Carroll assistant coach Brian Bobo, while chuckling, hinted at what anybody with Lions leanings has been thinking since the St. John’s game: “Was the ref wearing Under Armour shoes?”
The ending was odd on its face. But the game’s backstory surely enhances the “something’s up”-ness of the whole affair.
St. John’s was founded in 1851, but in recent years whenever the school is mentioned talk turns to Plank, who makes sure its coffers have been overflowing with shoe dollars. Plank got attention in 2015 for a $16 million donation, called the biggest in the school’s history at the time, but an official at a WCAC rival says St. John’s insiders were saying that Plank had actually dumped $45 million on the campus, with his goal being to turn the place into an IMG-esque sports academy for the Mid-Atlantic region.
In any case, the school’s motto has gone from “Religio, Scientia” to “Two Brands. One Family.” Really.
St. John’s now regards itself as a national program, and not without reason: Athletes from across the country are traveling to D.C. just for their senior years to take advantage of Plank’s largesse. Among those migrants: Quarterback and recent Michigan commit Kevin Doyle, who came in from the Philadelphia area, and lineman Cameron Spence, who left the acclaimed IMG Academy in Florida for D.C., were both one-and-done football stars at St. John’s. As the dollars are flowing in, so come the wins: In the fall, St. John’s won their first WCAC football championship since 1989, Plank’s senior year there. The St. John’s basketball teams have also flourished, with both the boys and girls teams making regular appearances in national prep rankings in recent years, and each winning a coveted WCAC championship in the last two seasons.
Carroll athletes, meanwhile, have played the Have-Nots to the Haves of Plank Prep of late. But if you crank up the wayback machine enough, you can find a time when Carroll was the nationally regarded powerhouse that St. John’s now aspires to be. Carroll opened in 1951—exactly 100 years after St. John’s. But by the end of its first decade Carroll was renowned across the country for its basketball squad. With a team featuring stars such as future Boston Celtics center and Georgetown head coach John Thompson and future Notre Dame president Edward “Monk” Molloy, Carroll went on a 55-game winning streak from 1958-1960, and captured not only league titles but also national tournament championships. The Washington Post once called the Carroll Lions “America’s first dominant schoolboy team.”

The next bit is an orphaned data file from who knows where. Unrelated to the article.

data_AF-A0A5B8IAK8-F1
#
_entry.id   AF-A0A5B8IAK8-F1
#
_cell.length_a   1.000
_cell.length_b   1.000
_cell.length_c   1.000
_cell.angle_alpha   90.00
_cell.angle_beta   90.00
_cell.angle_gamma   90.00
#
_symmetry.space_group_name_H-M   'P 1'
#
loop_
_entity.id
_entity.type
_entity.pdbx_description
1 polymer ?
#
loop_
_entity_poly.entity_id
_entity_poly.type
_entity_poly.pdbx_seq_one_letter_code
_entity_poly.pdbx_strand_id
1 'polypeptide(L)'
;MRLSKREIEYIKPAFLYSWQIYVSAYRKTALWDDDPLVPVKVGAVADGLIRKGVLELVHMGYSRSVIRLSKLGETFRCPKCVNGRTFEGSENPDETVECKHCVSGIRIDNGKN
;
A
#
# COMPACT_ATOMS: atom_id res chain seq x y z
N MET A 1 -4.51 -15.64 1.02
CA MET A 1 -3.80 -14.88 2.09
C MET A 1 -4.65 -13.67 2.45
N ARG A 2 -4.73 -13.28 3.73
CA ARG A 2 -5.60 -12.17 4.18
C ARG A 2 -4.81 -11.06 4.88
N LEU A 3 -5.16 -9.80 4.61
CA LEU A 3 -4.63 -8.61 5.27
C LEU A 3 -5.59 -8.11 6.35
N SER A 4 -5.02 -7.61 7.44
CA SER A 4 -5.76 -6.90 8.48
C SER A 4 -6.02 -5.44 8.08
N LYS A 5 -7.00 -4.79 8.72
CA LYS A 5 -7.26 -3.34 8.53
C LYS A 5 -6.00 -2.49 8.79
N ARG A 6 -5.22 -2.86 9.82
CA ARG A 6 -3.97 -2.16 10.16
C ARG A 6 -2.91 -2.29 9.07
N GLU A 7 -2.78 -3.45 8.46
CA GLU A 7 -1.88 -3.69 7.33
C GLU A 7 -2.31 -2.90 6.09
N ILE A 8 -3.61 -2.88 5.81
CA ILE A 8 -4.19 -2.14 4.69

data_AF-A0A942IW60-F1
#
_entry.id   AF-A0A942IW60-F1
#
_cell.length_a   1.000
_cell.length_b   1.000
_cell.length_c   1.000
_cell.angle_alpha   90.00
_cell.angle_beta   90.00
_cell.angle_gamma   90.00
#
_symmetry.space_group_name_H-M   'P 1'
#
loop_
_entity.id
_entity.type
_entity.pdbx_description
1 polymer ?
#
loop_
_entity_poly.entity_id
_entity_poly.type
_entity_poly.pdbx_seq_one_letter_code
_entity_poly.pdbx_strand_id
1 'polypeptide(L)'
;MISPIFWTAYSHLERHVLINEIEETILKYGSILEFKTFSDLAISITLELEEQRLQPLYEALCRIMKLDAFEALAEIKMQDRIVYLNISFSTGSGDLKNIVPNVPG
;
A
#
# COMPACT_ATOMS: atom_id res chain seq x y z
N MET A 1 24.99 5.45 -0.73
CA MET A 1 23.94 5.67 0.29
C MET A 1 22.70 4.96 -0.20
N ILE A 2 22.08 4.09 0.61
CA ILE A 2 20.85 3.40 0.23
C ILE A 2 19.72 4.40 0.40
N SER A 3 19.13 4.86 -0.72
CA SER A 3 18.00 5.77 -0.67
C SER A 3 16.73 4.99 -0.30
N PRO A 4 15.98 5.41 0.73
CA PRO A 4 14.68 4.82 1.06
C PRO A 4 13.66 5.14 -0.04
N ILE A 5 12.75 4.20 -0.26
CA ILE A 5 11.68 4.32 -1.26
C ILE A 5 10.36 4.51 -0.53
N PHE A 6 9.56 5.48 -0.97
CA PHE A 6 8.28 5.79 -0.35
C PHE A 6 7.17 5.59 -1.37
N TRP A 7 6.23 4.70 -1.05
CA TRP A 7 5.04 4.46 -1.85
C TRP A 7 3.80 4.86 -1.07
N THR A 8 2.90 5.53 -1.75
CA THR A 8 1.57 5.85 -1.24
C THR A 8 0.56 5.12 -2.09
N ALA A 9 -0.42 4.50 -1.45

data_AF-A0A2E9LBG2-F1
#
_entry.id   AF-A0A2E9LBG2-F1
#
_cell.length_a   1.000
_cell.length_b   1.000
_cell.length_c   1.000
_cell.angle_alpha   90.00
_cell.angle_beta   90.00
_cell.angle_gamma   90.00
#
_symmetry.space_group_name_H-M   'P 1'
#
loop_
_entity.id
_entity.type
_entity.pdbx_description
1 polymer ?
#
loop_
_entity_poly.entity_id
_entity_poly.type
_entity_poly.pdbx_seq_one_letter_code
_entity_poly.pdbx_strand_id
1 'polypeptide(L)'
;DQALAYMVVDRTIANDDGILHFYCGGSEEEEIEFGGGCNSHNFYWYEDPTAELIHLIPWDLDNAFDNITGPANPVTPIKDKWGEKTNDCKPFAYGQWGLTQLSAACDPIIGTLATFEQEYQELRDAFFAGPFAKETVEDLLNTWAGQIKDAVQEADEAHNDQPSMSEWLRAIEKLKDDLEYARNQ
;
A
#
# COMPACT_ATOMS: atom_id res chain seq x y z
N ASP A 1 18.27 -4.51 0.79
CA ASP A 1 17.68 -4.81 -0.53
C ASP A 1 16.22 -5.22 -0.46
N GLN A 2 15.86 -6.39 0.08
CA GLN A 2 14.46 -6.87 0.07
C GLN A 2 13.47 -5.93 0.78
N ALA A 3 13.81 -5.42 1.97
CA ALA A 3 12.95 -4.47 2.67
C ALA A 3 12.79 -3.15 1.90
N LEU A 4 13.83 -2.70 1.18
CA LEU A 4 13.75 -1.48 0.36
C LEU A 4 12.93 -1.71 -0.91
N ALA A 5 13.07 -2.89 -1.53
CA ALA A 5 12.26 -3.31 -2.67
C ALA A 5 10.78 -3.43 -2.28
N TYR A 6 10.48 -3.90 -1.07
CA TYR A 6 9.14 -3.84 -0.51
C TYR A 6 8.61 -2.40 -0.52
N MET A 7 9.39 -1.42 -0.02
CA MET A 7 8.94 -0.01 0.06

The way Carroll won added gravitas to the streak: Carroll did it all while fielding the Catholic league’s first racially integrated athletic teams, in an era when segregation was the way of life in the Nation’s Capital.
But Carroll’s recent sports history is as dreadful as its old days were golden. The school hasn’t been competitive in the WCAC for decades.: Since 1961, the Lions have won just two league basketball titles, and none in the last 25 years. It’s been 30 years since the football team won the conference. Enrollment is less than half what it was during its sporting heyday. For years, Carroll’s rivals have wondered if the D.C. Archdiocese, which owns and operates Carroll, was keeping the school open only to prevent shuttering a minority-dominated institution. (One cool fallout from the lack of new money: The St. John’s/Carroll debacle took place in the same gym where the late ‘50s squads, one of the greatest schoolboy teams ever assembled, once toiled. According to Carroll old-timers, other than Hall of Fame plaques on the walls, the place remains essentially unrenovated from its glory days.)